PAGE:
The difficulty in all of this – the verdict and public response, I reasoned, was remaining objective. Can conservative, 2nd Amendment-supporting, white men like me lay aside our preconceived notions and think objectively as we respond? Can we simply look at the facts of the case? Objectivity is the goal in getting a fair verdict and offering a fair public response, right? Can African Americans who have heard the slurs, heard the car doors lock as white people drive past them down the street, and who have heard much more horrific true stories from their parents and grandparents… can they lay aside their fears and preconceived notions and also look at the simple facts and evidence of the case objectively? Or will emotions influence their interpretation of the evidence? Can liberals respond without an agenda in mind? And, forgive me ladies (this might do me in!), can a jury of all women think objectively and logically without allowing their emotions to cause them to vote by how they feel rather than by looking at the evidence alone? This was my angle. Can any of us be objective? We can’t do away with our past, our experiences, our core convictions, our passions, or even our cultural baggage. But can we possibly be aware of these things and not allow them to blind us from an objective response? Objectivity!! That’s what we lack… right?
Back to the movie. There was an insightful scene in 42 in which Branch Rickey’s (Dodgers’ owner played by Harrison Ford) assistant, Harold, came into the owner’s office irate and nearly violent, which was out of character. He was angry about the way Jackie Robinson was being treated (watch the movie for the details – PG-13). Rickey responded by giving him a lesson in etymology. Specifically, he explained to him that he was feeling “sympathy.” Sympathy is the transliteration of a Greek compound word, literally meaning “to suffer with.” As this scene unfolded, I realized what I may have been personally missing in all of my frustration. Indeed, it’s something most of us may be lacking. Certainly the role of the jury requires and demands objectivity. However, lawyers will continue to do jury selection by eliminating those who cannot sympathize with their side of the case, which may ironically eliminate objectivity from many verdicts. Objectivity is so elusive.
But what I’ve seen lacking more than objectivity in our nation, and in my own heart, is the ability to sympathize and suffer with the ones with whom we disagree. Even if I believe the verdict was consistent with the evidence presented, can I sympathize with a dissenter who will march for what they perceive is a lack of justice? Can those who disagree with the verdict sympathize with a jury that was given a job description and sought and swore to do it to the best of their ability? Will those who march be able to sympathize with those who believe justice was served, without considering them to be racist? Can we sympathize with a mother who lost a son? Can we sympathize with a man who wanted to make his neighborhood safer and never thought his actions could result in someone’s death, regardless of how it happened?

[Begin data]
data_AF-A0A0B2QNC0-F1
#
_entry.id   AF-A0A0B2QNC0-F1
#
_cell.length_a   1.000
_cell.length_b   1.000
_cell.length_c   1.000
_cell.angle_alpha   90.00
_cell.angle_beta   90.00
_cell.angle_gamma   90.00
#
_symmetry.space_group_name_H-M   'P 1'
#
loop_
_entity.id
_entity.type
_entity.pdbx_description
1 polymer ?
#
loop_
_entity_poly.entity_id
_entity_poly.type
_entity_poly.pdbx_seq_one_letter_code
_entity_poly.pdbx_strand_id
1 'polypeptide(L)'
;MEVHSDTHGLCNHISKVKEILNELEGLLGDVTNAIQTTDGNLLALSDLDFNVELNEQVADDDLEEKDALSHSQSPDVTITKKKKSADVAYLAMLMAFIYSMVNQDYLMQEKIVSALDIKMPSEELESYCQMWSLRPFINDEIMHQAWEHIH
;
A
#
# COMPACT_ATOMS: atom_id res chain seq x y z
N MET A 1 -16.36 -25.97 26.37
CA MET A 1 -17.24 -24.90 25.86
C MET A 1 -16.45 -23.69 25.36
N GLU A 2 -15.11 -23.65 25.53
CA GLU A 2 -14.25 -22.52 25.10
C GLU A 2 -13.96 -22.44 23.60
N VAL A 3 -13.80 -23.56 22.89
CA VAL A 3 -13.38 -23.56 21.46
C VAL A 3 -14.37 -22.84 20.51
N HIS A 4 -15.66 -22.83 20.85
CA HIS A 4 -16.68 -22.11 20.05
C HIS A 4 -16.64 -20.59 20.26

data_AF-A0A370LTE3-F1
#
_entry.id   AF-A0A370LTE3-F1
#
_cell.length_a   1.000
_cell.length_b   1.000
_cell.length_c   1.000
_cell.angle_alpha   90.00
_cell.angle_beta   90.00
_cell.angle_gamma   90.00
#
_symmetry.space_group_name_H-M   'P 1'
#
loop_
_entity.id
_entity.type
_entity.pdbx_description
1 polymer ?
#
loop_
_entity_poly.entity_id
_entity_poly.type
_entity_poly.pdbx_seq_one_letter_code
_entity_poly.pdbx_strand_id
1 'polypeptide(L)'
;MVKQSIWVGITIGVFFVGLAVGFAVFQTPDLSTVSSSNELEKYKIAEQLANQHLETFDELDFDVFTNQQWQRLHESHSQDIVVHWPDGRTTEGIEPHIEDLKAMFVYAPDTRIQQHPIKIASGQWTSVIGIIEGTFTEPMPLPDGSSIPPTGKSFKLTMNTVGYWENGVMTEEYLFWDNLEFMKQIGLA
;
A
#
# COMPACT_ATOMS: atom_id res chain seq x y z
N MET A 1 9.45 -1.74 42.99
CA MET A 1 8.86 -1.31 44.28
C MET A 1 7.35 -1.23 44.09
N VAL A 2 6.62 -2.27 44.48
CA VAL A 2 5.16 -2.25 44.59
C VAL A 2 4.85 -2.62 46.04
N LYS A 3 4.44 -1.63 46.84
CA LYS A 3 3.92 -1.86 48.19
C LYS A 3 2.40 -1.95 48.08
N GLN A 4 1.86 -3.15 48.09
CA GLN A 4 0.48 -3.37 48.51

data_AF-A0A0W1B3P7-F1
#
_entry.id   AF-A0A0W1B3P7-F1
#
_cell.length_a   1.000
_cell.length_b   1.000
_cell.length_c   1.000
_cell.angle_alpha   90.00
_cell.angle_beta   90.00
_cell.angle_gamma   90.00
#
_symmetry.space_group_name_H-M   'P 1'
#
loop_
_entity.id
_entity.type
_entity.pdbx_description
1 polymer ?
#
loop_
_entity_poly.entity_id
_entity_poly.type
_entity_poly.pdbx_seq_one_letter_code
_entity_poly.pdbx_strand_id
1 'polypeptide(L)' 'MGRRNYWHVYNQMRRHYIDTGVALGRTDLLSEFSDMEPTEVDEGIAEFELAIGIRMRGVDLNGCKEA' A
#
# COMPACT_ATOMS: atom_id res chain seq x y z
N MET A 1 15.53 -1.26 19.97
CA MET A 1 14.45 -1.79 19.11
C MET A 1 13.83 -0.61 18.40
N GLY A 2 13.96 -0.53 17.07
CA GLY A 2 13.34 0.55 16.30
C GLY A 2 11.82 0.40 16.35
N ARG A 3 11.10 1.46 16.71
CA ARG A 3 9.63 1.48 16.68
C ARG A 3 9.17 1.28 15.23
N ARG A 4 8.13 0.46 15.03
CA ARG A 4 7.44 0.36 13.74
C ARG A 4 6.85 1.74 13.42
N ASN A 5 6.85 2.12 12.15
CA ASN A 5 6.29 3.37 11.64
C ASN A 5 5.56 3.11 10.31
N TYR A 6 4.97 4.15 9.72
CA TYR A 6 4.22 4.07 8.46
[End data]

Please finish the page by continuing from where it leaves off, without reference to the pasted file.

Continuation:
Let’s carry this into other hot zones. Can I be staunchly and objectively pro-life and still sympathize with a young lady who had an abortion when she simply did not know what to do? Can someone be pro-choice and sympathize with the core conviction pro-lifers have, not to rob a woman of a choice, but to protect what they are convinced is an innocent life in the womb? Can I believe with all my heart that God has provided standards for sex, marriage, and holiness and still sympathize with those whose minds, hearts, and emotions tell them it is OK, even a must, to behave differently? I’m not saying I must agree with everyone. By no means am I suggesting we all compromise our beliefs to shout with Rodney King, “Can’t we all just get along?” I’m just saying that I am going to try to show some sympathy and understanding. And I pray that it will open doors of opportunity and build bridges for me to be able to explain why I believe what I believe, hopefully correcting the preconceived notions others might have about this conservative, white, evangelical Christian who wants to love and point everyone, regardless of race, to Jesus Christ, His Infallible Word, and life abundant and everlasting in Him!
“We do not have a high priest who cannot sympathize with the feelings of our infirmities…” – Hebrews 4:15a
Summer is a crazy, chaotic, wonderful, and sometimes inconsistent season for churches. On the one hand, VBS, kids camps, youth retreats, and mission trips can make summer a very fruitful time of the year for both evangelism and discipleship. On the other hand, family vacations, trips to the lake, and baseball tournaments can lead to the dreaded “summer slump.” The down side of the summer slump is not the deflated egos of pastors because of low church attendance. Nor is it the inconsistency with various ministries because the leaders are getting a much needed break. It’s not necessarily even the dip in offerings. At Trinity we have learned to go with the flow during the summer. We have meaningful camps, mission trips, and special services that we rally around. We realize that everyone simply will not be available for each of the activities. And that’s OK.